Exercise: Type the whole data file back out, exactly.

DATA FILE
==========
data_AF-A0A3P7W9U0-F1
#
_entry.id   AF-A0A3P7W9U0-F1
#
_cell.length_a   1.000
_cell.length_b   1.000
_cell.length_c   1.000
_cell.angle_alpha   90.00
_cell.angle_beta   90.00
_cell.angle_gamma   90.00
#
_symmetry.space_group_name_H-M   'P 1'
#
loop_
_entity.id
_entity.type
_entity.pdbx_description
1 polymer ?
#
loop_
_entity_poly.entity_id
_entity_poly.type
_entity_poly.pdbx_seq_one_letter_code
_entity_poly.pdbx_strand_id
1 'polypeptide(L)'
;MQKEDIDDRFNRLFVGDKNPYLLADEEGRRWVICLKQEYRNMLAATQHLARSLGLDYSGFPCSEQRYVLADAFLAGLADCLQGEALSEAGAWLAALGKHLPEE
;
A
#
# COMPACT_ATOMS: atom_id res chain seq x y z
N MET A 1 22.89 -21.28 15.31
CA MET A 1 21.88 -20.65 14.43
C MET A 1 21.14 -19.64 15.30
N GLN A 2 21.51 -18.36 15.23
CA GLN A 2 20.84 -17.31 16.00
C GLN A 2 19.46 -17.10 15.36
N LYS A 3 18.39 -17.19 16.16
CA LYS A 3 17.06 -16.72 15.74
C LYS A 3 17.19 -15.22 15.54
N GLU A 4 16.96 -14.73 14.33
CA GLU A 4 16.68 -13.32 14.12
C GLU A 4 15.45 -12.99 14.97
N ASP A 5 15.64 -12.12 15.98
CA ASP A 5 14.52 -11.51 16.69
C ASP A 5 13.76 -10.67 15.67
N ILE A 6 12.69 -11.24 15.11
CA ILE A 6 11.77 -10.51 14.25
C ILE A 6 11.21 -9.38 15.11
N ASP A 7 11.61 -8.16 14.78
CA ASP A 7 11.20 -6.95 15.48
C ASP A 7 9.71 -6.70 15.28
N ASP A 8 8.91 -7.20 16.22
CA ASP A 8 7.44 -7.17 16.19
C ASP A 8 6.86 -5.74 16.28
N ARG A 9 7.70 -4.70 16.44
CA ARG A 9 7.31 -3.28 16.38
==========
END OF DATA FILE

data_AF-A0A3P7W9U0-F1
#
_entry.id   AF-A0A3P7W9U0-F1
#
_cell.length_a   1.000
_cell.length_b   1.000
_cell.length_c   1.000
_cell.angle_alpha   90.00
_cell.angle_beta   90.00
_cell.angle_gamma   90.00
#
_symmetry.space_group_name_H-M   'P 1'
#
loop_
_entity.id
_entity.type
_entity.pdbx_description
1 polymer ?
#
loop_
_entity_poly.entity_id
_entity_poly.type
_entity_poly.pdbx_seq_one_letter_code
_entity_poly.pdbx_strand_id
1 'polypeptide(L)'
;MQKEDIDDRFNRLFVGDKNPYLLADEEGRRWVICLKQEYRNMLAATQHLARSLGLDYSGFPCSEQRYVLADAFLAGLADCLQGEALSEAGAWLAALGKHLPEE
;
A
#
# COMPACT_ATOMS: atom_id res chain seq x y z
N MET A 1 22.89 -21.28 15.31
CA MET A 1 21.88 -20.65 14.43
C MET A 1 21.14 -19.64 15.30
N GLN A 2 21.51 -18.36 15.23
CA GLN A 2 20.84 -17.31 16.00
C GLN A 2 19.46 -17.10 15.36
N LYS A 3 18.39 -17.19 16.16
CA LYS A 3 17.06 -16.72 15.74
C LYS A 3 17.19 -15.22 15.54
N GLU A 4 16.96 -14.73 14.33
CA GLU A 4 16.68 -13.32 14.12
C GLU A 4 15.45 -12.99 14.97
N ASP A 5 15.64 -12.12 15.98
CA ASP A 5 14.52 -11.51 16.69
C ASP A 5 13.76 -10.67 15.67
N ILE A 6 12.69 -11.24 15.11
CA ILE A 6 11.77 -10.51 14.25
C ILE A 6 11.21 -9.38 15.11
N ASP A 7 11.61 -8.16 14.78
CA ASP A 7 11.20 -6.95 15.48
C ASP A 7 9.71 -6.70 15.28
N ASP A 8 8.91 -7.20 16.22
CA ASP A 8 7.44 -7.17 16.19
C ASP A 8 6.86 -5.74 16.28
N ARG A 9 7.70 -4.70 16.44
CA ARG A 9 7.31 -3.28 16.38